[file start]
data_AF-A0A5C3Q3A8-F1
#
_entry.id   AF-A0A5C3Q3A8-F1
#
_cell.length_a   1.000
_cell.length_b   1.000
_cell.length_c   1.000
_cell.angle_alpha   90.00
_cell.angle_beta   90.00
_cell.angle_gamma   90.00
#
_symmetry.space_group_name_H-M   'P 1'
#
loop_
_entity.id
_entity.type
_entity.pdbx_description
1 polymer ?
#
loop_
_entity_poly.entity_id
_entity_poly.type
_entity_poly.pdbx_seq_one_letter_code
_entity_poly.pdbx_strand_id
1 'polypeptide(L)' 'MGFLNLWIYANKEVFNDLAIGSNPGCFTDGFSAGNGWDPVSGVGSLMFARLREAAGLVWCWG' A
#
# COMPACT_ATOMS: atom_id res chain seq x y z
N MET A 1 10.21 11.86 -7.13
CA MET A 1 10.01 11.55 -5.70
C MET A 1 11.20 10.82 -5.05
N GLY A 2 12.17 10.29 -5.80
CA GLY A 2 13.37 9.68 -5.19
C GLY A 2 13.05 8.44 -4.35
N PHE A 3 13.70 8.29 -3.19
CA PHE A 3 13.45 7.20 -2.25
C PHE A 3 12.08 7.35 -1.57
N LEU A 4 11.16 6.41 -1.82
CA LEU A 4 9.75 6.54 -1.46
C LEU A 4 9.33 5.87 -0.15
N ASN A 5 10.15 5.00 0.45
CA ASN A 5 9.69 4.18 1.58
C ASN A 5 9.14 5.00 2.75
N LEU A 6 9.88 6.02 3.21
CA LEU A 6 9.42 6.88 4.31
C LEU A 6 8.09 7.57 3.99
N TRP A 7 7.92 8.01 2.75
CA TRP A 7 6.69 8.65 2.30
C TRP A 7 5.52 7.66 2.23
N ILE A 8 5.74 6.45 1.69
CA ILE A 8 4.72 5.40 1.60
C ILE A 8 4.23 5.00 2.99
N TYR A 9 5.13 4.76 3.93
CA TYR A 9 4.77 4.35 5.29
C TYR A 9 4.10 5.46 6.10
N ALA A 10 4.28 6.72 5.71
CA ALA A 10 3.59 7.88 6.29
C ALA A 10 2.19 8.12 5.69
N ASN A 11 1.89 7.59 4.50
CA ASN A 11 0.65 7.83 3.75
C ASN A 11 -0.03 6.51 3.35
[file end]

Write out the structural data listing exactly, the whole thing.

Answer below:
data_AF-A0A5C3Q3A8-F1
#
_entry.id   AF-A0A5C3Q3A8-F1
#
_cell.length_a   1.000
_cell.length_b   1.000
_cell.length_c   1.000
_cell.angle_alpha   90.00
_cell.angle_beta   90.00
_cell.angle_gamma   90.00
#
_symmetry.space_group_name_H-M   'P 1'
#
loop_
_entity.id
_entity.type
_entity.pdbx_description
1 polymer ?
#
loop_
_entity_poly.entity_id
_entity_poly.type
_entity_poly.pdbx_seq_one_letter_code
_entity_poly.pdbx_strand_id
1 'polypeptide(L)' 'MGFLNLWIYANKEVFNDLAIGSNPGCFTDGFSAGNGWDPVSGVGSLMFARLREAAGLVWCWG' A
#
# COMPACT_ATOMS: atom_id res chain seq x y z
N MET A 1 10.21 11.86 -7.13
CA MET A 1 10.01 11.55 -5.70
C MET A 1 11.20 10.82 -5.05
N GLY A 2 12.17 10.29 -5.80
CA GLY A 2 13.37 9.68 -5.19
C GLY A 2 13.05 8.44 -4.35
N PHE A 3 13.70 8.29 -3.19
CA PHE A 3 13.45 7.20 -2.25
C PHE A 3 12.08 7.35 -1.57
N LEU A 4 11.16 6.41 -1.82
CA LEU A 4 9.75 6.54 -1.46
C LEU A 4 9.33 5.87 -0.15
N ASN A 5 10.15 5.00 0.45
CA ASN A 5 9.69 4.18 1.58
C ASN A 5 9.14 5.00 2.75
N LEU A 6 9.88 6.02 3.21
CA LEU A 6 9.42 6.88 4.31
C LEU A 6 8.09 7.57 3.99
N TRP A 7 7.92 8.01 2.75
CA TRP A 7 6.69 8.65 2.30
C TRP A 7 5.52 7.66 2.23
N ILE A 8 5.74 6.45 1.69
CA ILE A 8 4.72 5.40 1.60
C ILE A 8 4.23 5.00 2.99
N TYR A 9 5.13 4.76 3.93
CA TYR A 9 4.77 4.35 5.29
C TYR A 9 4.10 5.46 6.10
N ALA A 10 4.28 6.72 5.71
CA ALA A 10 3.59 7.88 6.29
C ALA A 10 2.19 8.12 5.69
N ASN A 11 1.89 7.59 4.50
CA ASN A 11 0.65 7.83 3.75
C ASN A 11 -0.03 6.51 3.35